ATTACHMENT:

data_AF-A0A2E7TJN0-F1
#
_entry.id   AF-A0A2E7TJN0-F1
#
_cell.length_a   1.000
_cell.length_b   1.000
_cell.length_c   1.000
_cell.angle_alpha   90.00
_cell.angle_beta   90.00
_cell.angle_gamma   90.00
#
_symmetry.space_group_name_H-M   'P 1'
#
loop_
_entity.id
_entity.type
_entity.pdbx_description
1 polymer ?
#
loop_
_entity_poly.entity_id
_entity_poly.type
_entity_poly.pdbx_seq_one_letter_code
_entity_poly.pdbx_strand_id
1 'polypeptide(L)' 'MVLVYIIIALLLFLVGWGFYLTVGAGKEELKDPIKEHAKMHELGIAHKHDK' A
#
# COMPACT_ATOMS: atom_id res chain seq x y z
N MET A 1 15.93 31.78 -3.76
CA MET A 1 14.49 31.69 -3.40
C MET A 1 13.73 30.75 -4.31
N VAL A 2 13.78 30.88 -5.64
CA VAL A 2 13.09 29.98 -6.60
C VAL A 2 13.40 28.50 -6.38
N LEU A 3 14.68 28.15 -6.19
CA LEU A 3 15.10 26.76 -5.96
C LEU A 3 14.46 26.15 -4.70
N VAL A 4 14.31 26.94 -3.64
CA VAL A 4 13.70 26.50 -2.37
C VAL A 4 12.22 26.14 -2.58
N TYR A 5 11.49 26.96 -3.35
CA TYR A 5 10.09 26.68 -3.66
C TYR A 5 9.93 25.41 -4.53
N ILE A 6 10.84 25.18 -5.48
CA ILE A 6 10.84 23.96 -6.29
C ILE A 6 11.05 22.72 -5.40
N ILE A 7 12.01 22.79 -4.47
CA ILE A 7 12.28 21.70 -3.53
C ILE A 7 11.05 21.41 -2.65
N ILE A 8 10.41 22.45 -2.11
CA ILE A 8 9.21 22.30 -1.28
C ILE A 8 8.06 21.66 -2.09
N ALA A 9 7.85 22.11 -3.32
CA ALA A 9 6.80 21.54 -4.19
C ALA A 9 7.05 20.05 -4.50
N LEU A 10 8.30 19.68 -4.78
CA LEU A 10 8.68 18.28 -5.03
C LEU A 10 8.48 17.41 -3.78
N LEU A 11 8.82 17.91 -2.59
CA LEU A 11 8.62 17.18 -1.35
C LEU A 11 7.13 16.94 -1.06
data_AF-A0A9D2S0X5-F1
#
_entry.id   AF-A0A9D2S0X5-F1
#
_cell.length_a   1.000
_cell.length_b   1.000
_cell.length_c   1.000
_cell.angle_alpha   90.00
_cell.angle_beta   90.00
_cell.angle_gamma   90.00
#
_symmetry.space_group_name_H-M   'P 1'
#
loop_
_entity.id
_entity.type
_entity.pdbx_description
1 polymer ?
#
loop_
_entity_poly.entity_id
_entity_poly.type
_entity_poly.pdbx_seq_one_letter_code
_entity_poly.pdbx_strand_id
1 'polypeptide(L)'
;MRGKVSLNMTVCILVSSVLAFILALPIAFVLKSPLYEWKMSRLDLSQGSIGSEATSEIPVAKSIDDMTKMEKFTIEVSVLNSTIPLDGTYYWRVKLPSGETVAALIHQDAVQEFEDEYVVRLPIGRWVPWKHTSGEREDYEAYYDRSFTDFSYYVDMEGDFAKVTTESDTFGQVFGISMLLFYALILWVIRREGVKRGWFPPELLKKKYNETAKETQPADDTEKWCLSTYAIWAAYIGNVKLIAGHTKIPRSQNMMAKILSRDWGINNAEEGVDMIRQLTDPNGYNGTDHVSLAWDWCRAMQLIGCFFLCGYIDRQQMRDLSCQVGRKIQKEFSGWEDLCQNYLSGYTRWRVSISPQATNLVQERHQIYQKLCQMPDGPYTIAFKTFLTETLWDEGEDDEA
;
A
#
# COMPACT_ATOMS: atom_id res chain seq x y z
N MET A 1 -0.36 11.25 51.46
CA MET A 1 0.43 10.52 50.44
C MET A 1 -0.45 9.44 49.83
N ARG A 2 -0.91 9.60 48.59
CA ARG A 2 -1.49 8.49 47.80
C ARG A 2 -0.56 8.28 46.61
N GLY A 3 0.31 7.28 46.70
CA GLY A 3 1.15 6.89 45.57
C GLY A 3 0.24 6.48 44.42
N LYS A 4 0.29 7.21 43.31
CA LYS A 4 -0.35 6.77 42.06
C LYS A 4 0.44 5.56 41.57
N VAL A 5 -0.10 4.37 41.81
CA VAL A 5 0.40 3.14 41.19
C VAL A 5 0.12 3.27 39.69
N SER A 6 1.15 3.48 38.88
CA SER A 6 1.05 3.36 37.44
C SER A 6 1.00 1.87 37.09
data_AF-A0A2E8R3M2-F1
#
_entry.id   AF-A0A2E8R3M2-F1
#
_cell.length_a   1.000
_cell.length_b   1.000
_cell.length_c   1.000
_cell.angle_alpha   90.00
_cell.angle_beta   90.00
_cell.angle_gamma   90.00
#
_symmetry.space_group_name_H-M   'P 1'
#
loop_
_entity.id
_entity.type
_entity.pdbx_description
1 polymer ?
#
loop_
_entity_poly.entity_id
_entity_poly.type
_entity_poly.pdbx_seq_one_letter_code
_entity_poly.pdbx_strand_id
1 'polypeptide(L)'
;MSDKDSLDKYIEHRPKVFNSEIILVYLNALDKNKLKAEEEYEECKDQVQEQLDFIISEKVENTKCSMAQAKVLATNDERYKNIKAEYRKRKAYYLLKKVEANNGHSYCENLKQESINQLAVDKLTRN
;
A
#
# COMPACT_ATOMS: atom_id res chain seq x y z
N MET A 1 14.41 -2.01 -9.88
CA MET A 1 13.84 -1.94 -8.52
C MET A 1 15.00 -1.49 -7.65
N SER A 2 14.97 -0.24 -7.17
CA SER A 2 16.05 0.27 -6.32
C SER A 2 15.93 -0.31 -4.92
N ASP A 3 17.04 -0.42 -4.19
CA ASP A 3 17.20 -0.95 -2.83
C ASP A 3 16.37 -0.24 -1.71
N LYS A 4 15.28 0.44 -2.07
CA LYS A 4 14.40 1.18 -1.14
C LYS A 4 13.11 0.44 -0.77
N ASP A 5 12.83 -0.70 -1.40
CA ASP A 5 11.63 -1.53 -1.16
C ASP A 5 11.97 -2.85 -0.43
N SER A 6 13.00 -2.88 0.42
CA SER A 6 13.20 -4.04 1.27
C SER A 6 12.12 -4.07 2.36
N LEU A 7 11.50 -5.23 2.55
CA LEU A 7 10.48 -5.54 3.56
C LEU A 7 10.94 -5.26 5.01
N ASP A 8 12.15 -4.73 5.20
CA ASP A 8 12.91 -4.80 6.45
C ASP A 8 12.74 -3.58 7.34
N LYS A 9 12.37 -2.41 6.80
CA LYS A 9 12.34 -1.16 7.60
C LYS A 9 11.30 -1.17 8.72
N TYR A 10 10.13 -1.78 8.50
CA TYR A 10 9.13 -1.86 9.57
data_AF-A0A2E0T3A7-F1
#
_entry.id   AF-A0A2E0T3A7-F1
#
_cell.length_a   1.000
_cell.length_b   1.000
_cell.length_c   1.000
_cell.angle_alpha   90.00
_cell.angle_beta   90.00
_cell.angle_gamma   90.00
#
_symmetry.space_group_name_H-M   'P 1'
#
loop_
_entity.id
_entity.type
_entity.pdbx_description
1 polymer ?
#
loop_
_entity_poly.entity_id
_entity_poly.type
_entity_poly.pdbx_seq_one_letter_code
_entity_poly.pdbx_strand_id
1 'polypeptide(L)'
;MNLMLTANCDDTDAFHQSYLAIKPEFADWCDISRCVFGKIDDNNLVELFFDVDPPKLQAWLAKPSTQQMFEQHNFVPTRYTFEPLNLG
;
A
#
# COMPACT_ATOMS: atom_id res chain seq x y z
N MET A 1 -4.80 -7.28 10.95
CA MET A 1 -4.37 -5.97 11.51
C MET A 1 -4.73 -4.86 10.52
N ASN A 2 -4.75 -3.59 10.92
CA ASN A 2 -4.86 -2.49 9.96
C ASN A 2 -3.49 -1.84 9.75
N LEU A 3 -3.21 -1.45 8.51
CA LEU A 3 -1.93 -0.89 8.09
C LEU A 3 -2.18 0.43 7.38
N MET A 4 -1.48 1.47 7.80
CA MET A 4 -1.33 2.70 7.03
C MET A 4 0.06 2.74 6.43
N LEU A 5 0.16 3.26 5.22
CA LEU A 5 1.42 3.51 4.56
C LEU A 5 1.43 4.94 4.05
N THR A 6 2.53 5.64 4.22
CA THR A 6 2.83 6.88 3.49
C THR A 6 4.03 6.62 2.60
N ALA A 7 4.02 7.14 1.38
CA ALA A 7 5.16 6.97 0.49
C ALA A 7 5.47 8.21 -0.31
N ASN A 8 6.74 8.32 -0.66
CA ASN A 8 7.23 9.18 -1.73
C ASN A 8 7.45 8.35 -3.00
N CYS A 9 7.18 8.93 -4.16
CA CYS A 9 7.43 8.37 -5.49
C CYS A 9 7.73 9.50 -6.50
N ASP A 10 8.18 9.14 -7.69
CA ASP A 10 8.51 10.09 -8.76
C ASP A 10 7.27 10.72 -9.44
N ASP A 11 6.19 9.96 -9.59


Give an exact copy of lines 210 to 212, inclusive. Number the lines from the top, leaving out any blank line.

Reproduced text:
N LEU A 5 0.16 3.26 5.22
CA LEU A 5 1.42 3.51 4.56
C LEU A 5 1.43 4.94 4.05